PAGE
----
The project was initiated in January 2018 when some changes in budget and responsibilities where made. Klas Grinell replaced Gró Einarsdóttir as project head. Responsibilities and workload for implementation and administration of the project shifted from project head to Kristoffer Ekberg who took over as coordinator. The museum also added resources for further work in the final stages of the project. We worked with a pre-study that would inform the content of the interactive activity. This took in account both the results from the research and scientific critique of the same. Our focus has been to clarify the multiple steps that the original study was comprised of and to adapt the results to a pedagogical and appealing concept. In April we met with two focus groups, one with youths in upper secondary school and one with participants in ages ranging from about 25 to 65 years old. This test gave us important insights on fields of interests and conflicting views. Together with discussions between Ekberg, the pedagogical staff, Einarsdóttir, and the exhibition producer, these tests guided our focus for the interactive part. A storyboard was drafted during summer 2018, and designer hired early fall 2018. Another focus test was conducted in September with a mockup of the interaction. At this point functionality and understanding was tested.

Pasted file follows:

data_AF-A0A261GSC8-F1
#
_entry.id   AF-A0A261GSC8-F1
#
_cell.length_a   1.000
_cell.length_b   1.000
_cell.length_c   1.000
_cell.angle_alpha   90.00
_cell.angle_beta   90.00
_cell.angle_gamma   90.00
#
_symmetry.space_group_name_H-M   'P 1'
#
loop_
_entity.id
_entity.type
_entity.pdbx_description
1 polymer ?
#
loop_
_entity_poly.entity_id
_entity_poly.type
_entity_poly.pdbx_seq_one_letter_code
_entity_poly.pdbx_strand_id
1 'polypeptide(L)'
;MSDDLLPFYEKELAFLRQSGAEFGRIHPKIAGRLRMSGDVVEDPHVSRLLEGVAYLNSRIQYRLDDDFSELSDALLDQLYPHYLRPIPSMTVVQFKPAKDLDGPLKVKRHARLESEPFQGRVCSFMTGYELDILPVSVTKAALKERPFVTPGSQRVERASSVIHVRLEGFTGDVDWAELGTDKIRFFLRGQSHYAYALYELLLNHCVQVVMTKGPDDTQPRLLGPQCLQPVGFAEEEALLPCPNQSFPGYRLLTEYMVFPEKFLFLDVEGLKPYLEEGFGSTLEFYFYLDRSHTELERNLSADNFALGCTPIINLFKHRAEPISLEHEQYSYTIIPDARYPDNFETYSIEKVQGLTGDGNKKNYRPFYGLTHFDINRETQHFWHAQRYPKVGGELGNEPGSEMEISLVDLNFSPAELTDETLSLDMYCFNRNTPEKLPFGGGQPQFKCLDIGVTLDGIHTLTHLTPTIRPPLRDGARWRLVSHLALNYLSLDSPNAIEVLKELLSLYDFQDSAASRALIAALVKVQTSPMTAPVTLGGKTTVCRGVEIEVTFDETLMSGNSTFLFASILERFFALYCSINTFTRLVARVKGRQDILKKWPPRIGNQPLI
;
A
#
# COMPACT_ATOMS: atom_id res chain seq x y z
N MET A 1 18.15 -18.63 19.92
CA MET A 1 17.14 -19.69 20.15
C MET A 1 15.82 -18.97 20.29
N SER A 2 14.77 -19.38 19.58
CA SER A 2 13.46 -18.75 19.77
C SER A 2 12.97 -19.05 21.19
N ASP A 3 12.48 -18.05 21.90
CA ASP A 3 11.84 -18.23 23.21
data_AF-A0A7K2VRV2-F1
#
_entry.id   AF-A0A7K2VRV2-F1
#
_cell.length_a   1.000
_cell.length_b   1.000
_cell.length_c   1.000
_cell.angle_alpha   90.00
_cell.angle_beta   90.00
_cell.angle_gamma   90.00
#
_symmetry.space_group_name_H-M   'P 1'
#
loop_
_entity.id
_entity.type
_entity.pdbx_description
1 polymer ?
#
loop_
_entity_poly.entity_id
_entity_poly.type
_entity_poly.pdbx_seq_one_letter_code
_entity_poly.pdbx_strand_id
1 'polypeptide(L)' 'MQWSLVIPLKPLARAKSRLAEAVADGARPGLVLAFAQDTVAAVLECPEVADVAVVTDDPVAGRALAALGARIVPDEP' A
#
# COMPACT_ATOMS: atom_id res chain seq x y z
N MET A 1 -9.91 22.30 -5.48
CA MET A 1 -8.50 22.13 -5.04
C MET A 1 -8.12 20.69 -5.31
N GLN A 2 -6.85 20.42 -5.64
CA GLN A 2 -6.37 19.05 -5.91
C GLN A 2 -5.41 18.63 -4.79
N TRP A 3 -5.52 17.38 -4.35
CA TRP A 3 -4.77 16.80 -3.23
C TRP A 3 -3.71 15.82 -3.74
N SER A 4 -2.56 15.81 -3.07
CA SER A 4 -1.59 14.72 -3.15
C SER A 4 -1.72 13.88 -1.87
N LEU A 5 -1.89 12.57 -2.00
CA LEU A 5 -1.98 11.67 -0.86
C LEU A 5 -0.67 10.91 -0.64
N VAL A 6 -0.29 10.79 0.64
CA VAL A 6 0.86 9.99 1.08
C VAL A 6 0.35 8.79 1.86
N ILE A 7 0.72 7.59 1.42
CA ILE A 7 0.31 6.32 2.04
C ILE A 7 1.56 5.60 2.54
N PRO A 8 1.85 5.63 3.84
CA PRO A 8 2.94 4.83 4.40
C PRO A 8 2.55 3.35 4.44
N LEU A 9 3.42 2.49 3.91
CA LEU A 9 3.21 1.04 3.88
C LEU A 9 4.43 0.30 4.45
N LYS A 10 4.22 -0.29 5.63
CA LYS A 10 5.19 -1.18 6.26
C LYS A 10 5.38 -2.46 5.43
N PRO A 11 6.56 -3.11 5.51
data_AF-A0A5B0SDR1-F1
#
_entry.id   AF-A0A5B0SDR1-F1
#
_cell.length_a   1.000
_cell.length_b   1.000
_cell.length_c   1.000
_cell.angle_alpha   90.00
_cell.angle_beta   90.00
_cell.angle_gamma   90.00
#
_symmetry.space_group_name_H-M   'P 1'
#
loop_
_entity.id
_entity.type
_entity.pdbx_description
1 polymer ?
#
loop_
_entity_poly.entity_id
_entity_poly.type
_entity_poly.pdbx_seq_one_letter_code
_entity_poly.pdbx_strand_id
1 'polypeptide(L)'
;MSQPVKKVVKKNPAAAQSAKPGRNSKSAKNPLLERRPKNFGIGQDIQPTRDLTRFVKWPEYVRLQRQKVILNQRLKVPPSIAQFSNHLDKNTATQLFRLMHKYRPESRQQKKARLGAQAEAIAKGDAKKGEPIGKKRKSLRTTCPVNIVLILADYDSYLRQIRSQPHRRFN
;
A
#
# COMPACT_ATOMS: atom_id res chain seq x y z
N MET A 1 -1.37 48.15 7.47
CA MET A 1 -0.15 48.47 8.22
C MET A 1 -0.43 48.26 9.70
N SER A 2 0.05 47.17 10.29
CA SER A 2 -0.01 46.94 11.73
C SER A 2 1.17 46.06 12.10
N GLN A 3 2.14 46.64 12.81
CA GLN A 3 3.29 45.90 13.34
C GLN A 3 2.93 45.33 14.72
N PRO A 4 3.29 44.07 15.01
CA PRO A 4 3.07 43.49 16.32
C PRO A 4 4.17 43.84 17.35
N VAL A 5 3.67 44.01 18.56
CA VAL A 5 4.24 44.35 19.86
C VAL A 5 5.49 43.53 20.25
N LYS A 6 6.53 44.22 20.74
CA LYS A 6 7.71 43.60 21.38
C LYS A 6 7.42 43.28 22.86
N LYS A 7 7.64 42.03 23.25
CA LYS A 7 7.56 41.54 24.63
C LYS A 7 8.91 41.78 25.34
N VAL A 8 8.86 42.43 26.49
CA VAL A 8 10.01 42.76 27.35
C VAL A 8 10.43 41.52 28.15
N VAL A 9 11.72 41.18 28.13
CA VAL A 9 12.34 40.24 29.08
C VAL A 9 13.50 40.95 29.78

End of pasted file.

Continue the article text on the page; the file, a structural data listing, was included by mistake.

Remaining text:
The result was a pedagogical, clear and inspiring game design where the visitor encountered positive effects of environmental policy and action in the shape of recreational activities, economic benefits and a more enjoyable everyday life. The game is shown as a projection in a room solely designated for this project. Through a board of physical buttons focusing on co-benefits, the visitor interacts with the screen and change the societal vision into one that shows a more environmental friendly view. The buttons and co-benefits connect to the environmental policies and legislations of the Swedish government. This adaptation was made to make the actions more relatable to most of our visitors. The initial societal image has a general modern look to appeal to international visitors. The focus tests comprised of both climate sceptics and citizens with great environmental concern. The adjustments made in the final activity, based on reflections from both these groups, will help reach the aim of the project to engage and reach new target groups.